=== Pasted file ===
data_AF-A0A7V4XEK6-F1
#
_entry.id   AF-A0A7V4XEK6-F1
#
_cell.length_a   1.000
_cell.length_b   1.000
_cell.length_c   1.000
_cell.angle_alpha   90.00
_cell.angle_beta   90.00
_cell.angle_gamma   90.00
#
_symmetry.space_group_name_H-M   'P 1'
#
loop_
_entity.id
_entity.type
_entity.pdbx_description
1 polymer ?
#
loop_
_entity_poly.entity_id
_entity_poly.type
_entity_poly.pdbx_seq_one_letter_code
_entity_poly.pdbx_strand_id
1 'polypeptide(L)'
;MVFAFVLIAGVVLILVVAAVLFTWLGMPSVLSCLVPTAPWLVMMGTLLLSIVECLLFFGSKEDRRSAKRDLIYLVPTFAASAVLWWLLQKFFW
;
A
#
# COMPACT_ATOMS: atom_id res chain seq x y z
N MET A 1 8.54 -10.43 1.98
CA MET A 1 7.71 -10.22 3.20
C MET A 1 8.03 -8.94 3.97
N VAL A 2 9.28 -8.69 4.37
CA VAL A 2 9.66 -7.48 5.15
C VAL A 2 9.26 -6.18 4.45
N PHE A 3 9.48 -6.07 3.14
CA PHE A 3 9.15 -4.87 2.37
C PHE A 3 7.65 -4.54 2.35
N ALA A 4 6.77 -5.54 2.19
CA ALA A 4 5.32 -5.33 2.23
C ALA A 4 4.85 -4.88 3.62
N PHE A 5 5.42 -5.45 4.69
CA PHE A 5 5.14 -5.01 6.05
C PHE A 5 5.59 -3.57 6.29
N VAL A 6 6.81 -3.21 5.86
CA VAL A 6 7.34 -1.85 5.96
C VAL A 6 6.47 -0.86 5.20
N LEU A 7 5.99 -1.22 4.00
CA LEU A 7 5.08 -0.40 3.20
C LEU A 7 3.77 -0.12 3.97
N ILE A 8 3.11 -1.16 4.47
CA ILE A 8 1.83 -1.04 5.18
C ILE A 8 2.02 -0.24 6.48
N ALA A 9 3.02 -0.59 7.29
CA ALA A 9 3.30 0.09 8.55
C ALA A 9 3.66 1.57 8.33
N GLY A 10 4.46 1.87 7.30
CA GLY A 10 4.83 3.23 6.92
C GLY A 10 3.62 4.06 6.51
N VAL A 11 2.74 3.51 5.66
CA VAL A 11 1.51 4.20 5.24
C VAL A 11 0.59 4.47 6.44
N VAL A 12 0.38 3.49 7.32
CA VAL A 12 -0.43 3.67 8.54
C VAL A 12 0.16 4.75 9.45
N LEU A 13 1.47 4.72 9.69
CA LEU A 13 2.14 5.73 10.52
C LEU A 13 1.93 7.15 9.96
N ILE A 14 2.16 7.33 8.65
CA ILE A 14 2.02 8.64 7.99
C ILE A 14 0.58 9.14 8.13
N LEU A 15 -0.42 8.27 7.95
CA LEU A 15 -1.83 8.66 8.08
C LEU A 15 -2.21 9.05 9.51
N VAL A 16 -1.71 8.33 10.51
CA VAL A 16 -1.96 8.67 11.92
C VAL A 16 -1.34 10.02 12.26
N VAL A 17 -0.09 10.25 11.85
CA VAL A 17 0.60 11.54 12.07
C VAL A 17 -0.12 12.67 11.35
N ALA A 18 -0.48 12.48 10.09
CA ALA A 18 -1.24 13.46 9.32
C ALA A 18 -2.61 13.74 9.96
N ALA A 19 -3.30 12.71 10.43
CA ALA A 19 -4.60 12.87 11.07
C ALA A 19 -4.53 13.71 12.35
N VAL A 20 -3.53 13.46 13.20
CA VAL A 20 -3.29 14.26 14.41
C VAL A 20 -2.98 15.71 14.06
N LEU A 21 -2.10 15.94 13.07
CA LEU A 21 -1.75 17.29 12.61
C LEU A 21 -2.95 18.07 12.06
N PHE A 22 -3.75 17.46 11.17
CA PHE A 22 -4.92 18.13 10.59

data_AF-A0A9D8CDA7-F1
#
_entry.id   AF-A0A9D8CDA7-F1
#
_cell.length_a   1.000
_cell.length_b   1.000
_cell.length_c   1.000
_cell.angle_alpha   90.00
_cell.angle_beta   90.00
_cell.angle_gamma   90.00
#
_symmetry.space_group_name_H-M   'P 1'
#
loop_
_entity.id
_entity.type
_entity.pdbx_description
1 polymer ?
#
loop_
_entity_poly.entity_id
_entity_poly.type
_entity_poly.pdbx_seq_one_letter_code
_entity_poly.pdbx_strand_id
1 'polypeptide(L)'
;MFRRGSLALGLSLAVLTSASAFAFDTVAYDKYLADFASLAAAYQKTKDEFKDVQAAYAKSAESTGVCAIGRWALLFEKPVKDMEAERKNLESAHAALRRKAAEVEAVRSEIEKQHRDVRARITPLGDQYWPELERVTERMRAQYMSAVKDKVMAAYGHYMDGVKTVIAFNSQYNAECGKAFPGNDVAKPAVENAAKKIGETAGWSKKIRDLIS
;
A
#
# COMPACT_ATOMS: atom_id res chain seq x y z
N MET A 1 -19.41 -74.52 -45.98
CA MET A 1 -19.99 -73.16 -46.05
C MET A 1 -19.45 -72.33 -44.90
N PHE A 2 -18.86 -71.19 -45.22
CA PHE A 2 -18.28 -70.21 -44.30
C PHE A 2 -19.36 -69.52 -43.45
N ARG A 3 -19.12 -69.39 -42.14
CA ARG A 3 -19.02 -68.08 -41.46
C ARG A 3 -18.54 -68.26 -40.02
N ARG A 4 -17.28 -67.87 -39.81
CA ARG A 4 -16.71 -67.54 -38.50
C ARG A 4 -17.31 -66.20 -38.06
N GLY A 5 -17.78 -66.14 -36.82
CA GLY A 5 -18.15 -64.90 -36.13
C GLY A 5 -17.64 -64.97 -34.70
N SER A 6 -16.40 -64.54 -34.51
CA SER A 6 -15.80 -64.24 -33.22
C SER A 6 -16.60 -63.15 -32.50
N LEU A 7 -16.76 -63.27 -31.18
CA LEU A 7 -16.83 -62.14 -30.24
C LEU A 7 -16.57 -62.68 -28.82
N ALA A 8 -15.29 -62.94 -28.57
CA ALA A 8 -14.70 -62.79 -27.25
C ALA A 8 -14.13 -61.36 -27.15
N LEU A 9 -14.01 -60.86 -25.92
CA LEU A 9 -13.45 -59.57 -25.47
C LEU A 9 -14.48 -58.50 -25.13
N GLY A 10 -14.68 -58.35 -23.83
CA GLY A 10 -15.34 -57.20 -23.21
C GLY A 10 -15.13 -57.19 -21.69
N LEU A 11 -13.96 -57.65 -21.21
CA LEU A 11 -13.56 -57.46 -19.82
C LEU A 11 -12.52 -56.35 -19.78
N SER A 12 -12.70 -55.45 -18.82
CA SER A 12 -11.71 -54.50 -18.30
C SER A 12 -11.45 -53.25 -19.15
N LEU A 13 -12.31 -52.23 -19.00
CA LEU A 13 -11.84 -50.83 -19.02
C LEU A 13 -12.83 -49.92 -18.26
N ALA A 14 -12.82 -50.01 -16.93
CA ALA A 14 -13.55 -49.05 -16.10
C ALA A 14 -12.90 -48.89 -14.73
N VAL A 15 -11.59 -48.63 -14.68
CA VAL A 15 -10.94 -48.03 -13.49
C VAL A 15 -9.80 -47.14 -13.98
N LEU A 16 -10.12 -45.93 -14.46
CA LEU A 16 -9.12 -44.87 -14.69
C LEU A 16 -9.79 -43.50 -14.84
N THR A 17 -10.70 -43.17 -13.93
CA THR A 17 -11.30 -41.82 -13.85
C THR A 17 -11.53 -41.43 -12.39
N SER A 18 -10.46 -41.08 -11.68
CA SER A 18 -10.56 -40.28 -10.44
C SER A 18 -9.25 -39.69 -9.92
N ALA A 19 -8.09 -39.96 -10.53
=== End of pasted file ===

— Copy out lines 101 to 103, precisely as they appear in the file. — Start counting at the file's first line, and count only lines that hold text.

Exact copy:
_cell.length_b   1.000
_cell.length_c   1.000
_cell.angle_alpha   90.00